Today will be another mile marker in the struggle for marriage equality and civil rights. Today we will hear Judge Walker’s decision on Perry vs. Schwarzenegger , the case brought against the US constitutionality of California’s Proposition 8.
I imagine most of you are familiar with Prop 8, the voter initiative that stripped Californian same-sex couples of their right to legally marry. It was the first time in US history that a state had taken away a civil right already enjoyed by its residents. When its state constitutionality was challenged, Prop 8 was upheld, while California’s 18,000 gay and lesbian marriages already performed in 2008 were also upheld. I’m proud to be in the 18K club!
In 1967, my birth year, the US Supreme Court ruled in Loving v. Virginia that anti-miscegenation laws (laws prohibiting interracial marriage) were unconstitutional. Alabama became the last state to repeal its anti-miscegenation laws, in 2000, though these laws were unenforceable after the Supreme Court’s ruling. It will be interesting to hear how Loving v. Virginia is referenced in today’s ruling.
As a gay wedding officiant, I sometimes wonder if I’m doing my community, the LGBT community, a disservice by performing weddings for straight couples. My understanding of a wedding, though, is that it’s much more than the vows and me signing the marriage license. That’s just the legal side, and I have faith that same-sex couples will be able to legally wed some day soon all across the US. The other side of a wedding is the celebratory, joyful commitment to one another that transcends the law, that no one can deny to any couple. I use my own wedding as an example. My husband and I got married in Chicago in 2001. Illinois does not recognize gay marriages and does not even have statewide domestic partner laws. Yet our wedding was FANTASTIC! It was in a church, we had two wonderful ministers (one of whom is lesbian), we had attendants, music, poetry, vows, rings, a handfasting, tuxes, flowers, guests, food, dancing, two cakes (for two grooms!)… we had a wedding, and we’ve known we were married ever since then.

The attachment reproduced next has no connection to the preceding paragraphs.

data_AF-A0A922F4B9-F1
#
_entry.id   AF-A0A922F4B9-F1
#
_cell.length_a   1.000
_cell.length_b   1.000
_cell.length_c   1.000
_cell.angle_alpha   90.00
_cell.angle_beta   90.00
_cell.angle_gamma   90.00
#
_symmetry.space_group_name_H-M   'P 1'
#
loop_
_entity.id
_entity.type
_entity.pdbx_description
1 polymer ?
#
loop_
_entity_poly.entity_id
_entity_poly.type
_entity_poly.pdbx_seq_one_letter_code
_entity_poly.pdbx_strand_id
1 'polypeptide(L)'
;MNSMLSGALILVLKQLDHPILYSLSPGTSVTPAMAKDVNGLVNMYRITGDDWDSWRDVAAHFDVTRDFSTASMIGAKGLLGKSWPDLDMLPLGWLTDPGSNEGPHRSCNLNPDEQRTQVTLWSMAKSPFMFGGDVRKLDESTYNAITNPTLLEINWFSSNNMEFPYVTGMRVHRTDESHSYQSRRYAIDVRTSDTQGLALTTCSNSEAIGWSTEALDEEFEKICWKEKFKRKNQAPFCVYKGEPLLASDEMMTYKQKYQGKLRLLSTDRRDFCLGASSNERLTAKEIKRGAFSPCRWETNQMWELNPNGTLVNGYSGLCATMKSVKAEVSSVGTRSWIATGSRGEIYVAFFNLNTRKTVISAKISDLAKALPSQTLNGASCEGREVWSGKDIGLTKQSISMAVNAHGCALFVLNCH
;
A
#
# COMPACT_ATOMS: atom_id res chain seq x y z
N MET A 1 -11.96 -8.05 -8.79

As I mentioned earlier, we also got married in 2008 at the Courthouse Annex in Lancaster, California. We wanted to be part of the history of gay marriage rights as a state-recognized gay, married couple, so we trekked up to the far northern reaches of Los Angeles County, family and friends in tow, applied for and got our marriage license and then had a civil ceremony presided over by a judge in the little “wedding room” at the Annex. Classic!
Whatever the verdict is today, the battle for full equality is not over. Same-sex marriage will end up in the US Supreme Court, just as interracial marriage did. I hope and pray for the day when no one will be denied any civil right based on their age, sex, race, color, ethnicity, religion, economic status, level of able-ness, sexual orientation or gender identity. Even with the laws are changed, it will take years, decades, before bigotry falls and love conquers hatred and fear.